The high diversity of lineages in Culex pipiens mosquitoes suggests that such generalist vectors [62, 98, 99] may play an important role in the high frequency of host switching that characterizes avian malaria, and which can sometimes take place across great host taxonomic distances [100]. Yet the factors allowing the maintenance of the coexistence between multiple malaria lineages must be considered. For instance, migratory birds may also play a role in the maintenance of this diversity [63, 101, 102]. For instance, Waldenstrom et al.[63] have evidenced that resident African birds can exchange African haemosporidian local lineages with European migrant birds, highlighting the role of bird migration in Plasmodium distribution. A recurrent problem of parasite prevalence estimations from wild caught mosquito samples is the potential for either overestimating or underestimating the proportion of infectious mosquitoes in the population. Overestimation comes about from the assumption that all PCR-positive samples translate into a vector-competent mosquito. Parasites present in the blood meal may however fail to establish a viable infection in mosquitoes and may be subsequently eliminated. Leftovers from previous infected blood meals containing parasite DNA residues may lead to PCR amplifications [13]. In addition, even when parasites are seen to be infecting certain vector tissues (e.g. oocysts in the midgut), this does not necessarily imply that the parasite will complete its intrinsic incubation cycle all the way to the transmissible (sporozoite) stages in the salivary glands [103]. Examples of such ectopic parasite development have been already reported in the literature [104, 105]. To avoid these pitfalls, we sampled our mosquitoes using bird-baited traps, under the assumption that mosquitoes searching for a blood meal have entirely digested previous blood meals, an assumption confirmed by the visual inspection of the mosquitoes’ abdomens prior to freezing. We cannot, however, exclude the possibility that some haemosporidian lineages detected in this study are not transmitted by Cx. pipiens. Such may be the case for the two Haemoproteus lineages (CXPIPS3 and GAGLA03) found in our samples. Other studies have also detected Haemoproteus parasites in field-caught mosquitoes [9, 10, 13]. Haemoproteus parasites are, however, currently thought to be transmitted exclusively by biting midges [106]. Experimental evidence available, albeit limited, indeed seems to exclude mosquitoes as vectors [105, 107].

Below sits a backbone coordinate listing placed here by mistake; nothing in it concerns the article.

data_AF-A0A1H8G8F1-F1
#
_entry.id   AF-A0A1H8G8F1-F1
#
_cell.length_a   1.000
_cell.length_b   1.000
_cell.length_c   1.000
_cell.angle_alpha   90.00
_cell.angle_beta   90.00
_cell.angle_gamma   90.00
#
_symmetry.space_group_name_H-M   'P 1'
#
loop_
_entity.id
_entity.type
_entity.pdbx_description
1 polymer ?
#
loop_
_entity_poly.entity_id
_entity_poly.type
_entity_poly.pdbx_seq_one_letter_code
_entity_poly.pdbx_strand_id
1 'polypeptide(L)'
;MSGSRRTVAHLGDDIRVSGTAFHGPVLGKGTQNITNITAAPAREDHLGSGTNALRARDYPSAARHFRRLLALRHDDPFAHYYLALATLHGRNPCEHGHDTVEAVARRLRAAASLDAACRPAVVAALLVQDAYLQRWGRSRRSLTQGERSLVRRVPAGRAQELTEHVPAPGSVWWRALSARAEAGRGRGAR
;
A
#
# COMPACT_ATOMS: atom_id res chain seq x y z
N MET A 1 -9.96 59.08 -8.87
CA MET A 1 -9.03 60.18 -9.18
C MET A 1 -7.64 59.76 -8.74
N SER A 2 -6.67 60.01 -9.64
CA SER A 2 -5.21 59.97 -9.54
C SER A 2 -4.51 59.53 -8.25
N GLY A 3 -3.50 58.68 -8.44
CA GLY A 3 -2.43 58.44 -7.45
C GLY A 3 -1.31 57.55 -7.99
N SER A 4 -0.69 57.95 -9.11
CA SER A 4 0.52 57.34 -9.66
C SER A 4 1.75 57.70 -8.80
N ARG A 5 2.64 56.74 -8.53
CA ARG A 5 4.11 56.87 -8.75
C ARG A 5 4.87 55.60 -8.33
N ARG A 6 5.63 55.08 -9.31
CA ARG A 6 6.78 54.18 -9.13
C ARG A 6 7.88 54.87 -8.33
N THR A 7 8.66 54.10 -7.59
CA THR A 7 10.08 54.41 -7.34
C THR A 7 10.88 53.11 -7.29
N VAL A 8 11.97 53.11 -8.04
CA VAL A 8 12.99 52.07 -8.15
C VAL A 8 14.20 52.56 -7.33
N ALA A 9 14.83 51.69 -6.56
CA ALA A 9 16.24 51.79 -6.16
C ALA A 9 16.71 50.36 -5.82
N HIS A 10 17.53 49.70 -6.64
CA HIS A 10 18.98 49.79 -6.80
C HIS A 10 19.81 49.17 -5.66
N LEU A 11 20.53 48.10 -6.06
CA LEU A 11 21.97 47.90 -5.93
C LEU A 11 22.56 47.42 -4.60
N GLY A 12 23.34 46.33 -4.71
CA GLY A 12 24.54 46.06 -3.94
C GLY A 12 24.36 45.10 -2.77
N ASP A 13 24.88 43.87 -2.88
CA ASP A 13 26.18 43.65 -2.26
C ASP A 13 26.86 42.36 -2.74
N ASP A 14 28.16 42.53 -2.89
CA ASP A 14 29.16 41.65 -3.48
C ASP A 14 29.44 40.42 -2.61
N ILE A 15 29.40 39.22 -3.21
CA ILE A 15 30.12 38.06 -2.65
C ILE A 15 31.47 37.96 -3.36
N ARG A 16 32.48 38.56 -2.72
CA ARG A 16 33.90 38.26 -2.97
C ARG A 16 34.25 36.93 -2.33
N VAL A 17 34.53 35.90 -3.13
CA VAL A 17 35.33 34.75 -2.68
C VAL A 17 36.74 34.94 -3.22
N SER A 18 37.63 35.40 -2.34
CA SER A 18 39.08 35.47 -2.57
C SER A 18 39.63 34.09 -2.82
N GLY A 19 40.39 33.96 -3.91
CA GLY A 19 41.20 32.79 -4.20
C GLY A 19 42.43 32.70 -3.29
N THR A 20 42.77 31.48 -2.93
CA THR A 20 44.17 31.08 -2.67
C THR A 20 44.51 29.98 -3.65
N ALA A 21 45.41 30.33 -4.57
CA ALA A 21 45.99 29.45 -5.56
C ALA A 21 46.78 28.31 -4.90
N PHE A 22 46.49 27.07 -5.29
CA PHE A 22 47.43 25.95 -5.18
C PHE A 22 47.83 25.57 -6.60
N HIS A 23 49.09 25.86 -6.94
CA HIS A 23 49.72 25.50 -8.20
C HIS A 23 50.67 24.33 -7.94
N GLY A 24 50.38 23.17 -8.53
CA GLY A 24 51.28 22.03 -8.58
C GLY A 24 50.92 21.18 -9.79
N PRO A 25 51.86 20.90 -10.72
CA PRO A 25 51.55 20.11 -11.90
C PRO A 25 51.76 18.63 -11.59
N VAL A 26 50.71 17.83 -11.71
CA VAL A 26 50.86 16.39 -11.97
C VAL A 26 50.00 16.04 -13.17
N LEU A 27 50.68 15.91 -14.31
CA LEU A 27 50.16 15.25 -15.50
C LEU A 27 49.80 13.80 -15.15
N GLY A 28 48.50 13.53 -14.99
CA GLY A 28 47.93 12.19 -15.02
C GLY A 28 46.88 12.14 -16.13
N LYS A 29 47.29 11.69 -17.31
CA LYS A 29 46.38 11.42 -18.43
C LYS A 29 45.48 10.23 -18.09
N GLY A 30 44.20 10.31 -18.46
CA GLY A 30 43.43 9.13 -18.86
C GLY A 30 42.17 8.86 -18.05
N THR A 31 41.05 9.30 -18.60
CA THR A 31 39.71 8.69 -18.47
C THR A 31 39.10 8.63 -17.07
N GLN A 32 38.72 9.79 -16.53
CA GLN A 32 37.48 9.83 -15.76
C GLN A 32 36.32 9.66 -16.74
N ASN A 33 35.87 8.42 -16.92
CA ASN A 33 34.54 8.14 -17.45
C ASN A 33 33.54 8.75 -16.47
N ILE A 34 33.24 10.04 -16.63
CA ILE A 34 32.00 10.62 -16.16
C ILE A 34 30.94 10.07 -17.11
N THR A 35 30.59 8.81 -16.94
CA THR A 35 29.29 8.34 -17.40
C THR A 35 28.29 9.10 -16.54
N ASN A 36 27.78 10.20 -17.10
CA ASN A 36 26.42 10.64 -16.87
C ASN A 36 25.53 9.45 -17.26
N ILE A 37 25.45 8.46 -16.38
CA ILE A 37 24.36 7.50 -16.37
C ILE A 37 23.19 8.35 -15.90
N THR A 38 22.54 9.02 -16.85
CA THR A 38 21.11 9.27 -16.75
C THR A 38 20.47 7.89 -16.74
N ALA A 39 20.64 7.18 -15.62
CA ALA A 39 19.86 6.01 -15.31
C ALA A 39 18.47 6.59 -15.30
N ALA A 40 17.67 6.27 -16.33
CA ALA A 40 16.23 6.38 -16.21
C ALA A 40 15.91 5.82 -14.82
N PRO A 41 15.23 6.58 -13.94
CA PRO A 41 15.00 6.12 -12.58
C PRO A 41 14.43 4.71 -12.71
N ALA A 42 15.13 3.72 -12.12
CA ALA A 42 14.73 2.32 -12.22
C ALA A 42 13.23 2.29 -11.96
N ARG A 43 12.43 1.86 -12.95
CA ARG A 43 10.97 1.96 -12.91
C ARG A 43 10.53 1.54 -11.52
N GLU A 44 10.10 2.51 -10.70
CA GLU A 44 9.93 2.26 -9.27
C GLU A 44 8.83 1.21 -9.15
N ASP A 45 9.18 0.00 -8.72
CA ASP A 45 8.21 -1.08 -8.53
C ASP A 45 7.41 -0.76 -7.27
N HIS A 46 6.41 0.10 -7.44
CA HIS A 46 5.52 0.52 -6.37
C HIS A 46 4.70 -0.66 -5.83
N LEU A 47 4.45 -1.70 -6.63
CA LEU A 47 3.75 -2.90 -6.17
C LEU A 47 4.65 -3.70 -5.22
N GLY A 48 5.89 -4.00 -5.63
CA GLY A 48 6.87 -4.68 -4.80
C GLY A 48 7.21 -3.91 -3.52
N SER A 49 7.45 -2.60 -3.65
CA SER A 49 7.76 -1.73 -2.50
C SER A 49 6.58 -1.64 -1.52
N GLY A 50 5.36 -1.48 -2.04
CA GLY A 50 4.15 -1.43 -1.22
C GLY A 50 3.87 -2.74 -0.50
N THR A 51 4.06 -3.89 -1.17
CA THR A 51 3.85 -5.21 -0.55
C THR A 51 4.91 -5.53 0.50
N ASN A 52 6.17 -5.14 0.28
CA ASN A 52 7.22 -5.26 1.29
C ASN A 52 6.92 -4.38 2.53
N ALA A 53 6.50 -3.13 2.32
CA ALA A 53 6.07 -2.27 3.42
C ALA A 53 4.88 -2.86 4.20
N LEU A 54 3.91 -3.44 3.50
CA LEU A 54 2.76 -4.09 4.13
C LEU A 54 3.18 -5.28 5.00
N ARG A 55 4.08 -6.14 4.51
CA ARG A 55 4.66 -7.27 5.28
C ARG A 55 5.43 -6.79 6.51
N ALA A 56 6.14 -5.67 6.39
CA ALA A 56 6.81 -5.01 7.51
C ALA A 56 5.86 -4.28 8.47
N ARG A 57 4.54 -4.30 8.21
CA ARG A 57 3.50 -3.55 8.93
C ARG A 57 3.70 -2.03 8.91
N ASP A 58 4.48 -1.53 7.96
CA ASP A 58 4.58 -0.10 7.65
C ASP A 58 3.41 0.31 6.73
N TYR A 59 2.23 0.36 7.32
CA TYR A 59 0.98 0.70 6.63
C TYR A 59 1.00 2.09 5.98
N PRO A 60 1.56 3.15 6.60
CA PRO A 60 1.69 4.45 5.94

Underestimation, on the other hand, constitutes a more pervasive problem as it comes about through difficulties in diagnosing haemosporidian infection using the nested-PCR method. Indeed, because detection rates are strongly dependent on the relative concentrations of parasites and total DNA within the extract [17, 18], low parasite loads go through undetected (i.e. false negatives). Although seldom used in the context of host-parasite interactions, site-occupancy modelling is an efficient means to examine the accuracy of naive estimates of organismal prevalence and for determining potential sources of detection bias [17]. Gomez-Diaz et al. [17] advocate the inclusion of such models for all pathogen survey techniques. Here, the application of site occupancy models leads us to increase our initial (“naive”) estimate of Plasmodium prevalence in mosquitoes by over 4%. An accurate estimation of the proportion of infectious mosquitoes in a population is essential to estimate the level of exposure of hosts to the parasite within a population (the “entomological inoculation rate”), a key epidemiological tool to estimate malaria endemicity and transmission intensity within a host population [108].